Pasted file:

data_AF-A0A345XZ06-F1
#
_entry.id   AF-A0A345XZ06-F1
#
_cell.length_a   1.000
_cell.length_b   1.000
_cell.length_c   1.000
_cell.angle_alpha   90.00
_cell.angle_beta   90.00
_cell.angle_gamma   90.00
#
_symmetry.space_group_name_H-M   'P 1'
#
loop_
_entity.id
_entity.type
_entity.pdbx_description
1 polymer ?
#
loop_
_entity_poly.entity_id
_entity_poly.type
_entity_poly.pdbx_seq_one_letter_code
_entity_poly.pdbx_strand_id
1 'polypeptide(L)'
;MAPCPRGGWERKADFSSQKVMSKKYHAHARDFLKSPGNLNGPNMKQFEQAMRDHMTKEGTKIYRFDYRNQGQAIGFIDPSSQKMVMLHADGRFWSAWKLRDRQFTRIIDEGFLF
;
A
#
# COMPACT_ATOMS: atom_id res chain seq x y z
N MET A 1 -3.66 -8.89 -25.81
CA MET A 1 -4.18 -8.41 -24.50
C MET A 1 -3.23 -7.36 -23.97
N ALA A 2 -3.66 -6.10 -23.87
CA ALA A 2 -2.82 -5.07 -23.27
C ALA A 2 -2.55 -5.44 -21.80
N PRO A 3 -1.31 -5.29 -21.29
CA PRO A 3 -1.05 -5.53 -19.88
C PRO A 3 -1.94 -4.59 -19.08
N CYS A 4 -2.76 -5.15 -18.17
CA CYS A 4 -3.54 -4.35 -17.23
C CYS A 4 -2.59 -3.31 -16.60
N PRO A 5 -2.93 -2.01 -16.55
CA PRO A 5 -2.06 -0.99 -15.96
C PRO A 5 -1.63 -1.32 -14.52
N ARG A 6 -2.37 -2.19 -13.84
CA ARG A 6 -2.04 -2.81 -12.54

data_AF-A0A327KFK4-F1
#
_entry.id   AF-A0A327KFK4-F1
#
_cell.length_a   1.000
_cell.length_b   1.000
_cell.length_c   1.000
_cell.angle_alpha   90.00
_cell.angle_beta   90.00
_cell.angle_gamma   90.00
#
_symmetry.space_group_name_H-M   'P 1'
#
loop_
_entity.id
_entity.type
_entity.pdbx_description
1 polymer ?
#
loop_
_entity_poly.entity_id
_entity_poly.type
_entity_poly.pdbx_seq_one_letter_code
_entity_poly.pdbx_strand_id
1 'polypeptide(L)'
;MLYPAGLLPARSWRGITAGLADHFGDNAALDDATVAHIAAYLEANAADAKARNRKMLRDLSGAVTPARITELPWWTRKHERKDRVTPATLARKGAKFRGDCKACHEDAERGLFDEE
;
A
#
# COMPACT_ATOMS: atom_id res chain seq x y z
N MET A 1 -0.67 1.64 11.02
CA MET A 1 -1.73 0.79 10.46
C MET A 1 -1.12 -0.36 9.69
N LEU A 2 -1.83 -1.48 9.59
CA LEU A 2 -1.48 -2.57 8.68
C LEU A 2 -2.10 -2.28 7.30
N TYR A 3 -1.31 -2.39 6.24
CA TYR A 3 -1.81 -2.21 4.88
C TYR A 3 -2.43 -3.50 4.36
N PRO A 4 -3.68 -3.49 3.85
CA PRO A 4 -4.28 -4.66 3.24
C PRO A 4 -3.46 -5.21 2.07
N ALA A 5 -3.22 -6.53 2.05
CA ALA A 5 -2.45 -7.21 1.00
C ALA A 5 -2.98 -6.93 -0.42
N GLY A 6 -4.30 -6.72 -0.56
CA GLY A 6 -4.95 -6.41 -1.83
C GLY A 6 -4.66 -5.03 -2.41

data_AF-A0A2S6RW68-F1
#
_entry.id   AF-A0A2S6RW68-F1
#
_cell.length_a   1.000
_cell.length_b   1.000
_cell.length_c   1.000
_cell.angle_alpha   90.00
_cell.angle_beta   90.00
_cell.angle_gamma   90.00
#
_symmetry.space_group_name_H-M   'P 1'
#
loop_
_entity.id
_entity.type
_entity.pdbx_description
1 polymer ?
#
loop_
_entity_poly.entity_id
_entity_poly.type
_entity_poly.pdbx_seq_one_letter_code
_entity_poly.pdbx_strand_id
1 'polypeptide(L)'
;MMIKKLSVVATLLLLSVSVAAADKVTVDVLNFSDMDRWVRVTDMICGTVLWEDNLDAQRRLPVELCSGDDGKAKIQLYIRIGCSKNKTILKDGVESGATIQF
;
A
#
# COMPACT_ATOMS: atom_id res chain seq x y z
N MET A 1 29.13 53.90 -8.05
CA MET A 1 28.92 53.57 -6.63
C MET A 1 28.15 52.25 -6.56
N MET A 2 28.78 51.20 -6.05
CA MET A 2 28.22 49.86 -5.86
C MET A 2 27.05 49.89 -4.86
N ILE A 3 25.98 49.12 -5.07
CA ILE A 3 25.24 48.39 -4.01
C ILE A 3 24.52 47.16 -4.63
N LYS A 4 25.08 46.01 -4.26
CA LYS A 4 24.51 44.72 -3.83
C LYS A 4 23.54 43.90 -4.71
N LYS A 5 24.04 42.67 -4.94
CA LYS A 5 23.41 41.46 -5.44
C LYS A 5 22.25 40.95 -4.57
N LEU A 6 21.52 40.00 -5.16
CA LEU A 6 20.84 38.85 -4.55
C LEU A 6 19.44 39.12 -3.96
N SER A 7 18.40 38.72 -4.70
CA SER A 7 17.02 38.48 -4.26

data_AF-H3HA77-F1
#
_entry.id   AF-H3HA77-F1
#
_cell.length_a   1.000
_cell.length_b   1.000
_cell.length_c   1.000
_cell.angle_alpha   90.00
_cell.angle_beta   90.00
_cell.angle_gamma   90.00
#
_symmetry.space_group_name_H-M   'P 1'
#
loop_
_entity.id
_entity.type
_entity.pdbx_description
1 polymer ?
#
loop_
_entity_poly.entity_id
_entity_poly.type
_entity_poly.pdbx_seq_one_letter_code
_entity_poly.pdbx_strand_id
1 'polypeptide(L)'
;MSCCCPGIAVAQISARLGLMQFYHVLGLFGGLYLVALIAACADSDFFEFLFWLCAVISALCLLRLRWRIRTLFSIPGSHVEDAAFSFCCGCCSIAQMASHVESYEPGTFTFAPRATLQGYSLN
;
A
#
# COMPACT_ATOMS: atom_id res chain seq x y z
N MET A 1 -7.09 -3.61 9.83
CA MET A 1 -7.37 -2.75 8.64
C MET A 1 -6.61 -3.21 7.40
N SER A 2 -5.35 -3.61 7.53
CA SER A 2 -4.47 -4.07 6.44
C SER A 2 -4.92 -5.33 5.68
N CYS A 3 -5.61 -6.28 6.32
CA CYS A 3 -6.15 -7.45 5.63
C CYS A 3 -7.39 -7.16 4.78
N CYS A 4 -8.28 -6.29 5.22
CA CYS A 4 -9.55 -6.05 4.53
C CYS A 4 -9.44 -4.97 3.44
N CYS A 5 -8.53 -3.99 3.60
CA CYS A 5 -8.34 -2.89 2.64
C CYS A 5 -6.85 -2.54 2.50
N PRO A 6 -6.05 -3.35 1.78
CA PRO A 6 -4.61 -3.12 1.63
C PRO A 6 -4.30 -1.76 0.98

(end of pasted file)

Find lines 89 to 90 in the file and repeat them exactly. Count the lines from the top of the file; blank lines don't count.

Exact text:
C PRO A 4 -3.46 -5.21 2.07
N ALA A 5 -3.22 -6.53 2.05